Van Oosterum v Van Oosterum [2011] NSWSC 663

This case concerned the dissolution of a family partnership in relation to the farming of land, which was half owned by the father and the remaining half by his children and defacto partner. The children now seek the appointment of trustees for the partition of the land.

Appointment of trustees

When deciding upon trustees for sale, where there is no consent, four factors usually need to be considered:

  1. the principle that the court tends to prefer the preference of the person with the greater interest in the land. That factor in the present case does not get us anywhere because the shares are equal;
  2. the trustees should be independent and as free from conflict of interests as possible. The court did not take account of any suggestion of bias with no evidential basis;
  3. the trustees, particularly where they have more active duties than merely to sell a piece of real estate, should have the appropriate skill, expertise and experience; and
  4. the court should endeavour to get the best value for the parties’ money and see that as between two equally alternative proposals the cheaper is preferred. The court noted that appointing two people from the same firm would likely prove cheaper and they both consented to be appointed a receiver.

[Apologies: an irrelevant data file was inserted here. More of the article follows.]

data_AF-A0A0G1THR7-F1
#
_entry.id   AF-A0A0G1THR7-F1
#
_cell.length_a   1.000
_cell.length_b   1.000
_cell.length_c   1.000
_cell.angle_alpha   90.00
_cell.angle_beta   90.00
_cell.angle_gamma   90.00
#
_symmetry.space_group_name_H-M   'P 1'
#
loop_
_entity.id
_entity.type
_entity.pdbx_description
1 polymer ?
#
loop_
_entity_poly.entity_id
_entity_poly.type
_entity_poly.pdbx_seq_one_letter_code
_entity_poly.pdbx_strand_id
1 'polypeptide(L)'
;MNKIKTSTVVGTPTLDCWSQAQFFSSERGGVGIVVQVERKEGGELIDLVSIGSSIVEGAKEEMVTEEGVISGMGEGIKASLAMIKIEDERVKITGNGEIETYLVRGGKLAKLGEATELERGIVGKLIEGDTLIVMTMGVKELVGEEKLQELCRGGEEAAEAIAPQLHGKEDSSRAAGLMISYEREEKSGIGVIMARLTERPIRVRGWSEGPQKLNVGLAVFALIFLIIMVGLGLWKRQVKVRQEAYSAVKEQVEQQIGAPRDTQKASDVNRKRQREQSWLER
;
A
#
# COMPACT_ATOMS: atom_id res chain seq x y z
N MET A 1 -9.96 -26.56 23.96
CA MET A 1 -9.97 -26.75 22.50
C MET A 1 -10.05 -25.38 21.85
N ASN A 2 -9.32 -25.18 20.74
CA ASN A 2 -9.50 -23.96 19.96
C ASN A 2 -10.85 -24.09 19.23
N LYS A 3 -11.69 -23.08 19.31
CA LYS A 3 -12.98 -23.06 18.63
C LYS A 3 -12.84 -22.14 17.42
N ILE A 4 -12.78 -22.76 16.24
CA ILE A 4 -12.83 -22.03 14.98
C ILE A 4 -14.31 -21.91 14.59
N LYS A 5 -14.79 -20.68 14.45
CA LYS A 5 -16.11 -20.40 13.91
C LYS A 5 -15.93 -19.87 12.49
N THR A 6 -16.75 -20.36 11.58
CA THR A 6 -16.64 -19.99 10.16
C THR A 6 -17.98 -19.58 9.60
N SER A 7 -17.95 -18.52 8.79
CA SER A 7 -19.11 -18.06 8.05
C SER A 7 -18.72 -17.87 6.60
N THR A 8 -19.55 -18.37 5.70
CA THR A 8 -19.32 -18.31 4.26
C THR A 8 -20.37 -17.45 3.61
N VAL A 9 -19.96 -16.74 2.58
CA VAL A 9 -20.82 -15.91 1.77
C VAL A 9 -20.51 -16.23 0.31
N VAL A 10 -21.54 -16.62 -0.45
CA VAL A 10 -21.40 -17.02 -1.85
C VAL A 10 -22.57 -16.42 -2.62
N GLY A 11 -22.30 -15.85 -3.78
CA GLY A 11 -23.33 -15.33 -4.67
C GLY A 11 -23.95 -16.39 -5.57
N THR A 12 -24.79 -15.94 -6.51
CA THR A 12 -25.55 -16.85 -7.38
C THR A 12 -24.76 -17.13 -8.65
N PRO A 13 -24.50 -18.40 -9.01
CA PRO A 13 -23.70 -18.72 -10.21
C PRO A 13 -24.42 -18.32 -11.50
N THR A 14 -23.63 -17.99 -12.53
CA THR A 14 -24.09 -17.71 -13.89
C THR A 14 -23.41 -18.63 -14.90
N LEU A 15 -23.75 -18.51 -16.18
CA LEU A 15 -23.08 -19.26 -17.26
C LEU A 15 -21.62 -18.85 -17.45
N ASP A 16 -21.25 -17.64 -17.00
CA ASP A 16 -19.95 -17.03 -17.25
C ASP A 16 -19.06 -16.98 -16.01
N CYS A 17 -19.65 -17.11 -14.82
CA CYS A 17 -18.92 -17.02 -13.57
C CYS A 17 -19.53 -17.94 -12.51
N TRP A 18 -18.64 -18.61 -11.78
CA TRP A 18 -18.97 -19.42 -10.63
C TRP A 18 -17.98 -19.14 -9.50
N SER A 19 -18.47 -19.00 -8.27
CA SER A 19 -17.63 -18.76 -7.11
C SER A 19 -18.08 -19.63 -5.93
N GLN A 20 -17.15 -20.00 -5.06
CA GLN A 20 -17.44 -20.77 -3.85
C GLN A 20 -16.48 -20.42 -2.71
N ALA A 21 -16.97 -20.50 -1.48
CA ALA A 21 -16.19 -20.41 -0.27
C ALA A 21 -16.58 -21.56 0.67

The court ordered the appointment of the trustees sought by the children who best satisfied the above considerations.

Appointment of receivers

Bearing in mind that two trustees are needed, it is appropriate that they both act as receivers since they are from the same firm.

Possession of the land

The court did not order possession because it is up to the trustee to decide when it is appropriate to require the father to vacate the land.


The ordinary rule is that the costs of both parties of an action for dissolution are paid out of the joint assets, since the domestic relationship is akin to a partnership. In this case, both the father and children were unsuccessful to the same extent as regards different issues raised. Accordingly the court ordered costs to be paid from the sale price of the land.

The court ordered partition as the consent of the mortgagee had been obtained.

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